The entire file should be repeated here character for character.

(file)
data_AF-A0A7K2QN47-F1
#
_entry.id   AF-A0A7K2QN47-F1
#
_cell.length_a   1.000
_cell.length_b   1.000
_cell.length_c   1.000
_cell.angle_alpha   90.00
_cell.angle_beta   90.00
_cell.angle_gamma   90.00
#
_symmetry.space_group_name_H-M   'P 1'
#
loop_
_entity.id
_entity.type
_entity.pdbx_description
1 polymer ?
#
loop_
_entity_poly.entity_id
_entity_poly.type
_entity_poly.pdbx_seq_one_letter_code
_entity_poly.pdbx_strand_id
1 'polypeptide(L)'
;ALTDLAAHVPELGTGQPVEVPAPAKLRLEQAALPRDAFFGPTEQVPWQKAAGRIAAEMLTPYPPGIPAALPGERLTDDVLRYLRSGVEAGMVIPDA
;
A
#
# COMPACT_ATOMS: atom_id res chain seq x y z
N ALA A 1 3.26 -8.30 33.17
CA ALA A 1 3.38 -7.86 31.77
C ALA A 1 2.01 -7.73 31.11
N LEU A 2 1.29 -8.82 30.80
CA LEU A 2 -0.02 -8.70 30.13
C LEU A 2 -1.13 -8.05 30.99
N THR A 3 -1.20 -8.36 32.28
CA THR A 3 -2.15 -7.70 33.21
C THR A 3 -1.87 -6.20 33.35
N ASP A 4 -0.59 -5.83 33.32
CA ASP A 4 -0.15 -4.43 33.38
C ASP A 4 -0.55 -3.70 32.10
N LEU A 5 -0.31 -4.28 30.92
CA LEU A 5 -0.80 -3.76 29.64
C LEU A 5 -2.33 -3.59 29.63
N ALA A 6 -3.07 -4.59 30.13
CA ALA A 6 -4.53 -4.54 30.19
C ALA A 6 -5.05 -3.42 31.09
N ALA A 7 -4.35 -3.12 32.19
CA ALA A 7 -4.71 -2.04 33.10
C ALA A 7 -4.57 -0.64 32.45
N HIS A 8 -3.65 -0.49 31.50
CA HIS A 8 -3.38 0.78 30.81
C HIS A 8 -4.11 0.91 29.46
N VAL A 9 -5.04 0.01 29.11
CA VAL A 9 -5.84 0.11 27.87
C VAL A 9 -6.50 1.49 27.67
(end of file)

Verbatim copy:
data_AF-A0A7K2QN47-F1
#
_entry.id   AF-A0A7K2QN47-F1
#
_cell.length_a   1.000
_cell.length_b   1.000
_cell.length_c   1.000
_cell.angle_alpha   90.00
_cell.angle_beta   90.00
_cell.angle_gamma   90.00
#
_symmetry.space_group_name_H-M   'P 1'
#
loop_
_entity.id
_entity.type
_entity.pdbx_description
1 polymer ?
#
loop_
_entity_poly.entity_id
_entity_poly.type
_entity_poly.pdbx_seq_one_letter_code
_entity_poly.pdbx_strand_id
1 'polypeptide(L)'
;ALTDLAAHVPELGTGQPVEVPAPAKLRLEQAALPRDAFFGPTEQVPWQKAAGRIAAEMLTPYPPGIPAALPGERLTDDVLRYLRSGVEAGMVIPDA
;
A
#
# COMPACT_ATOMS: atom_id res chain seq x y z
N ALA A 1 3.26 -8.30 33.17
CA ALA A 1 3.38 -7.86 31.77
C ALA A 1 2.01 -7.73 31.11
N LEU A 2 1.29 -8.82 30.80
CA LEU A 2 -0.02 -8.70 30.13
C LEU A 2 -1.13 -8.05 30.99
N THR A 3 -1.20 -8.36 32.28
CA THR A 3 -2.15 -7.70 33.21
C THR A 3 -1.87 -6.20 33.35
N ASP A 4 -0.59 -5.83 33.32
CA ASP A 4 -0.15 -4.43 33.38
C ASP A 4 -0.55 -3.70 32.10
N LEU A 5 -0.31 -4.28 30.92
CA LEU A 5 -0.80 -3.76 29.64
C LEU A 5 -2.33 -3.59 29.63
N ALA A 6 -3.07 -4.59 30.13
CA ALA A 6 -4.53 -4.54 30.19
C ALA A 6 -5.05 -3.42 31.09
N ALA A 7 -4.35 -3.12 32.19
CA ALA A 7 -4.71 -2.04 33.10
C ALA A 7 -4.57 -0.64 32.45
N HIS A 8 -3.65 -0.49 31.50
CA HIS A 8 -3.38 0.78 30.81
C HIS A 8 -4.11 0.91 29.46
N VAL A 9 -5.04 0.01 29.11
CA VAL A 9 -5.84 0.11 27.87
C VAL A 9 -6.50 1.49 27.67